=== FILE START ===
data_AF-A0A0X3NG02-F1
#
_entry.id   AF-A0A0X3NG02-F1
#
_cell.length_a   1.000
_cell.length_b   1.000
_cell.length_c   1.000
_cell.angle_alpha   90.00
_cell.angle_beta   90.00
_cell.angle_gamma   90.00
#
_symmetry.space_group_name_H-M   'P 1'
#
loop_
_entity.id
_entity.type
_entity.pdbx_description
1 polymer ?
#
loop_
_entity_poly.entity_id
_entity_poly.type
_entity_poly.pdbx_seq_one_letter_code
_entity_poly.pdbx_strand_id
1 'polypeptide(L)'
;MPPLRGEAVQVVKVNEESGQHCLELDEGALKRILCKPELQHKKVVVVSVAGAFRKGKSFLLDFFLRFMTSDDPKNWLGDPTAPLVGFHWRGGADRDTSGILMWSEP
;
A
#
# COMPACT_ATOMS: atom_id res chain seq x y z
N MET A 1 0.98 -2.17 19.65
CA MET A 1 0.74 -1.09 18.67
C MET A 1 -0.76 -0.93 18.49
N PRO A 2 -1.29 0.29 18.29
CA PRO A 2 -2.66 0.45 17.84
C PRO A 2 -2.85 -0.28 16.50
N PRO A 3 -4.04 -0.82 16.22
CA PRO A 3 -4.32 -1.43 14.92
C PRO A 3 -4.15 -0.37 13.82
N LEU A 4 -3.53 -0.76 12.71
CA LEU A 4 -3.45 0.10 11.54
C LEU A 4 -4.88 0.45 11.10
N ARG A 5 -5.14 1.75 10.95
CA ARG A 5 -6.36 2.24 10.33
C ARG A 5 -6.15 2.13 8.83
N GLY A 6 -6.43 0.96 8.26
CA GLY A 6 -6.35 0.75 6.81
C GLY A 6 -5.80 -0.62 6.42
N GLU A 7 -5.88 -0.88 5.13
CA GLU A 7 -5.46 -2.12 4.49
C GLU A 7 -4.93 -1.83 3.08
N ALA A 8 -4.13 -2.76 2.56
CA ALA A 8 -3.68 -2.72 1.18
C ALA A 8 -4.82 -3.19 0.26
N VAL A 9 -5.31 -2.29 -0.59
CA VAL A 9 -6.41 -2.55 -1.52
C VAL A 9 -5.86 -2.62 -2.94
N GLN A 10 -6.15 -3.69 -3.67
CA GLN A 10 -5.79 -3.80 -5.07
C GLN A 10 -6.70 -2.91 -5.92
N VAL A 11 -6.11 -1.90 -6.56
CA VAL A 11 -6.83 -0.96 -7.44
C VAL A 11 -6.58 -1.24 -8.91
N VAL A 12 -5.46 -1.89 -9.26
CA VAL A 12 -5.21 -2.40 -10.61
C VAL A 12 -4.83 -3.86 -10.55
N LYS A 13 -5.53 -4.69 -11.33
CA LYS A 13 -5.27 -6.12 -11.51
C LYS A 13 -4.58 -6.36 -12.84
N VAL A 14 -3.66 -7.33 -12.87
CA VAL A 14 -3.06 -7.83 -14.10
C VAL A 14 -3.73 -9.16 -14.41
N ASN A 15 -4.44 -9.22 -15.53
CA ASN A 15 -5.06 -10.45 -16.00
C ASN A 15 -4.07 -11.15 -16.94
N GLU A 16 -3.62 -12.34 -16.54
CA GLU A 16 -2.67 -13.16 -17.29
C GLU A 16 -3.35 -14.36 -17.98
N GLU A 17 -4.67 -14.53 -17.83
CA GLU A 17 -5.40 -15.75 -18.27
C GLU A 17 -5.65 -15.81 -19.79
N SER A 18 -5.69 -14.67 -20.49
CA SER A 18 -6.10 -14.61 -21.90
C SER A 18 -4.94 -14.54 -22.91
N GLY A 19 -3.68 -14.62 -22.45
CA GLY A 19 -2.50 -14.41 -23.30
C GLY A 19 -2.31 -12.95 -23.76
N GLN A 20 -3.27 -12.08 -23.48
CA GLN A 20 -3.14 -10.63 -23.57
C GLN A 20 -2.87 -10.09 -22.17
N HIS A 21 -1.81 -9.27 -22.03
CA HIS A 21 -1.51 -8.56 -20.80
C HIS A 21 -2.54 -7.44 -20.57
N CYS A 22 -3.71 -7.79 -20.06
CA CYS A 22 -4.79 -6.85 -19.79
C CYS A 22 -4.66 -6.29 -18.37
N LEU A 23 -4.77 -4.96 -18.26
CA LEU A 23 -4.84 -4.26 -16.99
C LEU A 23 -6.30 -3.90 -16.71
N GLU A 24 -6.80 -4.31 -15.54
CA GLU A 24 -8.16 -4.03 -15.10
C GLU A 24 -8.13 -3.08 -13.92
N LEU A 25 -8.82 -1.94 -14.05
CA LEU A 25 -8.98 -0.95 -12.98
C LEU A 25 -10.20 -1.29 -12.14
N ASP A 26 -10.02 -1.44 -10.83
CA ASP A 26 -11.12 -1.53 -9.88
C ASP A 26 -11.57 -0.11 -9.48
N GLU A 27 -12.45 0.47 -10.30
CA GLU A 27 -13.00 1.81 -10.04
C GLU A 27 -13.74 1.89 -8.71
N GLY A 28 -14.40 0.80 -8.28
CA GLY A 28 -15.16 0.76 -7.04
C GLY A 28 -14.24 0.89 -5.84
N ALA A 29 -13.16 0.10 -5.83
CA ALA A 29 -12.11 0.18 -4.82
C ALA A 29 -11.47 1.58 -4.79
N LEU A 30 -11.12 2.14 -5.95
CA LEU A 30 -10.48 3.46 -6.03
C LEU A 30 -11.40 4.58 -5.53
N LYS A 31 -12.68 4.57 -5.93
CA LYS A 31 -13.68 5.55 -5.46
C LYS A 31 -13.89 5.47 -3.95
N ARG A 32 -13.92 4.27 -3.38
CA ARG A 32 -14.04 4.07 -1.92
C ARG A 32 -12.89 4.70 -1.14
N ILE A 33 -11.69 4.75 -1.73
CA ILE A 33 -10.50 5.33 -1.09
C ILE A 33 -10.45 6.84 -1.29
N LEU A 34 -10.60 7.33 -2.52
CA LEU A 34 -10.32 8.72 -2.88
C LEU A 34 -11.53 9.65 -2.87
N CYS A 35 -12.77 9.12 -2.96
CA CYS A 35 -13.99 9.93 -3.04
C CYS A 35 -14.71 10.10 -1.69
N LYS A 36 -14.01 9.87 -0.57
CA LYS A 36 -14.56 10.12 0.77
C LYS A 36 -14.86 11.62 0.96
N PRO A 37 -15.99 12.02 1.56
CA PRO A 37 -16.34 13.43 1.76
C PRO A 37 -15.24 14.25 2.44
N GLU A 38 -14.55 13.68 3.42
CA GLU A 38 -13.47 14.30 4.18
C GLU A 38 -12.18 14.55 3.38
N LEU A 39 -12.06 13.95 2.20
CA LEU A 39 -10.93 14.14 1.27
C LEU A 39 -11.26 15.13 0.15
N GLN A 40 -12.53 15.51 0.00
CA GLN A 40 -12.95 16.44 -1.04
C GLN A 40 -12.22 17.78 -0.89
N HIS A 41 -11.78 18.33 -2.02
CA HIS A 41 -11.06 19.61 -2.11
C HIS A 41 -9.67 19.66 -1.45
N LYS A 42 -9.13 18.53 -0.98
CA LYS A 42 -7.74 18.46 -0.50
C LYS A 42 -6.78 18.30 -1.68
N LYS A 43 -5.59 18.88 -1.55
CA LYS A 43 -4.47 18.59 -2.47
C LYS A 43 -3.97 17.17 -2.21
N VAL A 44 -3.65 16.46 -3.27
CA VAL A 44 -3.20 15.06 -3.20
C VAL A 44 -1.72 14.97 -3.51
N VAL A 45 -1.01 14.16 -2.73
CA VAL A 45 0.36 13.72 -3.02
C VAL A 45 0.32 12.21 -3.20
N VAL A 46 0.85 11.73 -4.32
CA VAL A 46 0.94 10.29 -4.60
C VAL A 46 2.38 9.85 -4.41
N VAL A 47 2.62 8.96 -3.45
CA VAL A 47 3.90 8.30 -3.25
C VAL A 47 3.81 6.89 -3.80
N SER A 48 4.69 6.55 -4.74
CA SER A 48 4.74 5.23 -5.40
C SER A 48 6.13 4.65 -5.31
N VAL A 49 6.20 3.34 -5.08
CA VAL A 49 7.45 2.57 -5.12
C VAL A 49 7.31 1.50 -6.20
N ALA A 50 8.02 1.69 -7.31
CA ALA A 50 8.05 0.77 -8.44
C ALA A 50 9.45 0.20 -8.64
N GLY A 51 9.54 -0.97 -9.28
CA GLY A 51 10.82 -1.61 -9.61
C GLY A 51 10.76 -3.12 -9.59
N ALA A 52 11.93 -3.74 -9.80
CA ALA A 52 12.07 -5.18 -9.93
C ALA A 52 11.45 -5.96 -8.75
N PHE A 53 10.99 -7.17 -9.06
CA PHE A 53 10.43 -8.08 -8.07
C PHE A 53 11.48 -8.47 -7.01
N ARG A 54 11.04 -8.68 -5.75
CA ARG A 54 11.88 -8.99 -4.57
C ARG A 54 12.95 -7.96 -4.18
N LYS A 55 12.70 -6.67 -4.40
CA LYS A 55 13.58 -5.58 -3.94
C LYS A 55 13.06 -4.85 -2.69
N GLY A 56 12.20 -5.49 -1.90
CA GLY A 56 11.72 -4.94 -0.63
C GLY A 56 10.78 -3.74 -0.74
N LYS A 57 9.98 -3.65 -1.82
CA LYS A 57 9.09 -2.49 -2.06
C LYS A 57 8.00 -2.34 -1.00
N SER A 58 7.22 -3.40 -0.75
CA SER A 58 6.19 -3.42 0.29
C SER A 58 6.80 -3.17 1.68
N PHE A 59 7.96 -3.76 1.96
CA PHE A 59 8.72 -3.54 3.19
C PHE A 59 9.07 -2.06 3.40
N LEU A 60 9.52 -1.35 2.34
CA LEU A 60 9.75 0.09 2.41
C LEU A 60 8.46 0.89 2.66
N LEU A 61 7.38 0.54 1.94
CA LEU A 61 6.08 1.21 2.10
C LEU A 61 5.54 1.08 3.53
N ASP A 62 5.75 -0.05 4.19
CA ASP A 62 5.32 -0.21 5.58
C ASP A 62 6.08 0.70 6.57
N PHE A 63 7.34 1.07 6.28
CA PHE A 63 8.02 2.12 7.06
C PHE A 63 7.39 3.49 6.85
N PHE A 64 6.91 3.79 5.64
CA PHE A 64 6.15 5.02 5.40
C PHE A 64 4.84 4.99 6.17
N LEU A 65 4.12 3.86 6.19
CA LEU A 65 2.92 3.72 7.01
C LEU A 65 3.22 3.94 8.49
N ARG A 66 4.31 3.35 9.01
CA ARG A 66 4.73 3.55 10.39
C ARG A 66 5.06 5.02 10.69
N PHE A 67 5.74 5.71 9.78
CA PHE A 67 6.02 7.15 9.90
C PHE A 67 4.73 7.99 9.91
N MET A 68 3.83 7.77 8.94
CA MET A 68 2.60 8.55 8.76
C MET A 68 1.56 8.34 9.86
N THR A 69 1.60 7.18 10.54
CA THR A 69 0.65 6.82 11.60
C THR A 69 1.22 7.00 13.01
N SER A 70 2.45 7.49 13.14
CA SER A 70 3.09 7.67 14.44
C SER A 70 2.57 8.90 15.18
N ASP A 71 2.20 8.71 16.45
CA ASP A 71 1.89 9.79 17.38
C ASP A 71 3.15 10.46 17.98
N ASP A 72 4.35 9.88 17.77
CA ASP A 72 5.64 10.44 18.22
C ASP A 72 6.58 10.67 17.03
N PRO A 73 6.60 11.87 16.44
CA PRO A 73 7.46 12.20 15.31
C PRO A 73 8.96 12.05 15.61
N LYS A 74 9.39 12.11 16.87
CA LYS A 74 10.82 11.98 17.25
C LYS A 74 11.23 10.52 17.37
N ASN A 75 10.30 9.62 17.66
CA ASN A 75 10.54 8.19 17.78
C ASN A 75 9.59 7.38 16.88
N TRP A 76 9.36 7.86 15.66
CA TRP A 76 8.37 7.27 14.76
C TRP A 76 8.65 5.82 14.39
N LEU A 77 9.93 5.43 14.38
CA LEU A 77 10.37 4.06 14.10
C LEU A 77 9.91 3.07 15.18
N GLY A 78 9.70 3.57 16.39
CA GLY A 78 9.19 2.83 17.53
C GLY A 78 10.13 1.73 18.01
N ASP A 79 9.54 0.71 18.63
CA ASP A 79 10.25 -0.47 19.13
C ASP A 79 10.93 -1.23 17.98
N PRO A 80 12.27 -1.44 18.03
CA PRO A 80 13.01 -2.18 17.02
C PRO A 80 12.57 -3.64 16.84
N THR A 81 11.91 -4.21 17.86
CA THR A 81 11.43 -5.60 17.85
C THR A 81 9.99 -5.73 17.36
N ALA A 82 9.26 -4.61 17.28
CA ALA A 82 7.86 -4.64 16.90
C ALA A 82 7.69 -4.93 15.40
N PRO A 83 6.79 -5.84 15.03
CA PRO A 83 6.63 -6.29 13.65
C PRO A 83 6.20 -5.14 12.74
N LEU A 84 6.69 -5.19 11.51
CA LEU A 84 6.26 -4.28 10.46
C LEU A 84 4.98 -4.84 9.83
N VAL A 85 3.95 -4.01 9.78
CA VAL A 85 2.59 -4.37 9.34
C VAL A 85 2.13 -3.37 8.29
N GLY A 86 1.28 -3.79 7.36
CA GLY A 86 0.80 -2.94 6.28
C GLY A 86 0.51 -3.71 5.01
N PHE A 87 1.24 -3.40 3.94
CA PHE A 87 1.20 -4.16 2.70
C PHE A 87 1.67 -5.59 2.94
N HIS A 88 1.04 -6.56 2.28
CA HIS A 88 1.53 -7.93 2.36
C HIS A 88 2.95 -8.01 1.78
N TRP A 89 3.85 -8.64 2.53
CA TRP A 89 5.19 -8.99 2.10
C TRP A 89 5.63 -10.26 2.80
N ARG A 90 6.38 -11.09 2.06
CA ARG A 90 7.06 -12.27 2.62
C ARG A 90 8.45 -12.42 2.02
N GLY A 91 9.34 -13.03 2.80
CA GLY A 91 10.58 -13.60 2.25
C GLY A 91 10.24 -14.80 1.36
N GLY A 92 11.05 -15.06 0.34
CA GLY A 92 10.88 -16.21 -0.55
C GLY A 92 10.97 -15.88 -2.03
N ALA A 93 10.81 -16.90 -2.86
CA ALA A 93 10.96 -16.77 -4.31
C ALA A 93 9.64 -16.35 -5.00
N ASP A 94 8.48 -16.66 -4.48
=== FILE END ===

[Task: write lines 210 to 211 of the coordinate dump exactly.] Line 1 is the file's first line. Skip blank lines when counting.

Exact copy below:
C LEU A 60 8.46 0.89 2.66
N LEU A 61 7.38 0.54 1.94